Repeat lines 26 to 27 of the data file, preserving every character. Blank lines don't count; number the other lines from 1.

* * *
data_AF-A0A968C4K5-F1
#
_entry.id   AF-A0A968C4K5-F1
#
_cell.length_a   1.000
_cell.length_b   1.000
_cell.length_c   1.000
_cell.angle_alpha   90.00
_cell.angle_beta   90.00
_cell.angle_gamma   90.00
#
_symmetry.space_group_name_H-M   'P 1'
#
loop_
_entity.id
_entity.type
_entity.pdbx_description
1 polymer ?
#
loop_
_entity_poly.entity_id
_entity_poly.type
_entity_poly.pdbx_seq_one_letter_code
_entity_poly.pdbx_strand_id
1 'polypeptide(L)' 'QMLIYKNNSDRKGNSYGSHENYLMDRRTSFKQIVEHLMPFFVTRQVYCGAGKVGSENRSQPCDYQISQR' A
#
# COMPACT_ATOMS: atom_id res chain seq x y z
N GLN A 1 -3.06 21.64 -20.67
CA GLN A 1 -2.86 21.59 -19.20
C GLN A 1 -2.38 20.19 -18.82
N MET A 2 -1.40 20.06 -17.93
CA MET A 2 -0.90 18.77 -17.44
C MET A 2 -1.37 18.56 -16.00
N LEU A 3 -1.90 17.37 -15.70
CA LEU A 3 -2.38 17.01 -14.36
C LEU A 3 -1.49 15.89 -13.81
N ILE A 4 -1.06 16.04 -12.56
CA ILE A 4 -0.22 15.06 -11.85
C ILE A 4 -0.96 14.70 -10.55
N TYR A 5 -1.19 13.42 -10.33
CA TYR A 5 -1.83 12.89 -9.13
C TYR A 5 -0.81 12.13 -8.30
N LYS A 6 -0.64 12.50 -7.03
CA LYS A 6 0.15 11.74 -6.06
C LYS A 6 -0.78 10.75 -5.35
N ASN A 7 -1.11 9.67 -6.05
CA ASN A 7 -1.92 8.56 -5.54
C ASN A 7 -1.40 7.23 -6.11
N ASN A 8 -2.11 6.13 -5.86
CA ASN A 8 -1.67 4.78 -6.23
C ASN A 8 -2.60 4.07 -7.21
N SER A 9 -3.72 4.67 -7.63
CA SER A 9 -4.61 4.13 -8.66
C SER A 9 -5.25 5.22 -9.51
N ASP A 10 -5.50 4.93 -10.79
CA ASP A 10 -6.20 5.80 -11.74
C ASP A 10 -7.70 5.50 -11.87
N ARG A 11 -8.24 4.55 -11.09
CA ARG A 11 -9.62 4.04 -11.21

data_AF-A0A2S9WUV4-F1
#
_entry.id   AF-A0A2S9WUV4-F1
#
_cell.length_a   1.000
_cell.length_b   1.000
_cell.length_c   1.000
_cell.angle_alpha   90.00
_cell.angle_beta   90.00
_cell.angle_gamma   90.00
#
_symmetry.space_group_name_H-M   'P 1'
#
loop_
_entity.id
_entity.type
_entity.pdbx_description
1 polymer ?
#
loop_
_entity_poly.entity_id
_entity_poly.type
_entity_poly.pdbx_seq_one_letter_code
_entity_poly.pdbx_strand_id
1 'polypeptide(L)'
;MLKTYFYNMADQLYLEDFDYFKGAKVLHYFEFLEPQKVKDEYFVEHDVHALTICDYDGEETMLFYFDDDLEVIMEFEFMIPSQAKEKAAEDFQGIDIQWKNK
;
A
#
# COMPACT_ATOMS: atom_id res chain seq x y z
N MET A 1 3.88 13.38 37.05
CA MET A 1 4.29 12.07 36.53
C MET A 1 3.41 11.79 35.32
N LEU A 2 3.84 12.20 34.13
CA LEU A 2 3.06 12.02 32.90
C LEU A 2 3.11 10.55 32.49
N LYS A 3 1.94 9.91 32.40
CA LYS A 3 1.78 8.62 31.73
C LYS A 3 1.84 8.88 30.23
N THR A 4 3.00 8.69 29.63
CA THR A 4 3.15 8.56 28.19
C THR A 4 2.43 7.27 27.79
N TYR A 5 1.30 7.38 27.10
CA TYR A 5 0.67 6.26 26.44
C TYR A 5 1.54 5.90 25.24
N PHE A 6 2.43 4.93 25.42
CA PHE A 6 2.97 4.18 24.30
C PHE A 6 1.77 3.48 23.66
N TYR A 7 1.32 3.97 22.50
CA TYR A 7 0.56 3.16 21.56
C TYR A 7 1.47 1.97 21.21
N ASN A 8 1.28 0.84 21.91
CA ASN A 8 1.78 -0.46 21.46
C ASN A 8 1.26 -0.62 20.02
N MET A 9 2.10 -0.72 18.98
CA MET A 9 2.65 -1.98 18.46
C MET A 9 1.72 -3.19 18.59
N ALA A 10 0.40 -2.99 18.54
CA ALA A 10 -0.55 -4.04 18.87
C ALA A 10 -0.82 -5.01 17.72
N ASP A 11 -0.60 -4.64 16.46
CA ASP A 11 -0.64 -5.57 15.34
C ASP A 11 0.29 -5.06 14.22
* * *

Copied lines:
#
# COMPACT_ATOMS: atom_id res chain seq x y z